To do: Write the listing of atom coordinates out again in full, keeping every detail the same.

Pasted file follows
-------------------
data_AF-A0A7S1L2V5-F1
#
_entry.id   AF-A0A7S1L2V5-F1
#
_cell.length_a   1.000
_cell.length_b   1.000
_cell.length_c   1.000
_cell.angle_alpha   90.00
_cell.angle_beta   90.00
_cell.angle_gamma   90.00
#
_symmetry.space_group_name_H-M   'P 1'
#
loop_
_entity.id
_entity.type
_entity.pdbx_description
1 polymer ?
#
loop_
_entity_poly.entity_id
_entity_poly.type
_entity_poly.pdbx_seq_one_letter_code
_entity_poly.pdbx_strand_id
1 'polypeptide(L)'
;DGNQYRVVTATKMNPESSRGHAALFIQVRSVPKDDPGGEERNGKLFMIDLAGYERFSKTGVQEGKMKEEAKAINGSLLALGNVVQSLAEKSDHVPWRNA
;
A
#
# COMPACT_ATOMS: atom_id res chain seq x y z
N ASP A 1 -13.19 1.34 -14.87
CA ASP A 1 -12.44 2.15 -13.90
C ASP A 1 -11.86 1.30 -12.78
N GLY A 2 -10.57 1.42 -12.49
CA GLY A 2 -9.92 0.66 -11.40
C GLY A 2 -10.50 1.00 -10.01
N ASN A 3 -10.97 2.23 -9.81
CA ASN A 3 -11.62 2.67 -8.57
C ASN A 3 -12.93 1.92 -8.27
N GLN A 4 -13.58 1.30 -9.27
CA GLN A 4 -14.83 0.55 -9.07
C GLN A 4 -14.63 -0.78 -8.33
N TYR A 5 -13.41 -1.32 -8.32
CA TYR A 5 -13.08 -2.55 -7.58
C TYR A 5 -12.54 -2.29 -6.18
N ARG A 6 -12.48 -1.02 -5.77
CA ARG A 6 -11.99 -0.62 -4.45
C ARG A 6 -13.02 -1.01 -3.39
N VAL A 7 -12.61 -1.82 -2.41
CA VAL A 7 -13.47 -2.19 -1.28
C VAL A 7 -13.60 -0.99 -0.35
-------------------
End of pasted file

data_AF-A0A7S1L2V5-F1
#
_entry.id   AF-A0A7S1L2V5-F1
#
_cell.length_a   1.000
_cell.length_b   1.000
_cell.length_c   1.000
_cell.angle_alpha   90.00
_cell.angle_beta   90.00
_cell.angle_gamma   90.00
#
_symmetry.space_group_name_H-M   'P 1'
#
loop_
_entity.id
_entity.type
_entity.pdbx_description
1 polymer ?
#
loop_
_entity_poly.entity_id
_entity_poly.type
_entity_poly.pdbx_seq_one_letter_code
_entity_poly.pdbx_strand_id
1 'polypeptide(L)'
;DGNQYRVVTATKMNPESSRGHAALFIQVRSVPKDDPGGEERNGKLFMIDLAGYERFSKTGVQEGKMKEEAKAINGSLLALGNVVQSLAEKSDHVPWRNA
;
A
#
# COMPACT_ATOMS: atom_id res chain seq x y z
N ASP A 1 -13.19 1.34 -14.87
CA ASP A 1 -12.44 2.15 -13.90
C ASP A 1 -11.86 1.30 -12.78
N GLY A 2 -10.57 1.42 -12.49
CA GLY A 2 -9.92 0.66 -11.40
C GLY A 2 -10.50 1.00 -10.01
N ASN A 3 -10.97 2.23 -9.81
CA ASN A 3 -11.62 2.67 -8.57
C ASN A 3 -12.93 1.92 -8.27
N GLN A 4 -13.58 1.30 -9.27
CA GLN A 4 -14.83 0.55 -9.07
C GLN A 4 -14.63 -0.78 -8.33
N TYR A 5 -13.41 -1.32 -8.32
CA TYR A 5 -13.08 -2.55 -7.58
C TYR A 5 -12.54 -2.29 -6.18
N ARG A 6 -12.48 -1.02 -5.77
CA ARG A 6 -11.99 -0.62 -4.45
C ARG A 6 -13.02 -1.01 -3.39
N VAL A 7 -12.61 -1.82 -2.41
CA VAL A 7 -13.47 -2.19 -1.28
C VAL A 7 -13.60 -0.99 -0.35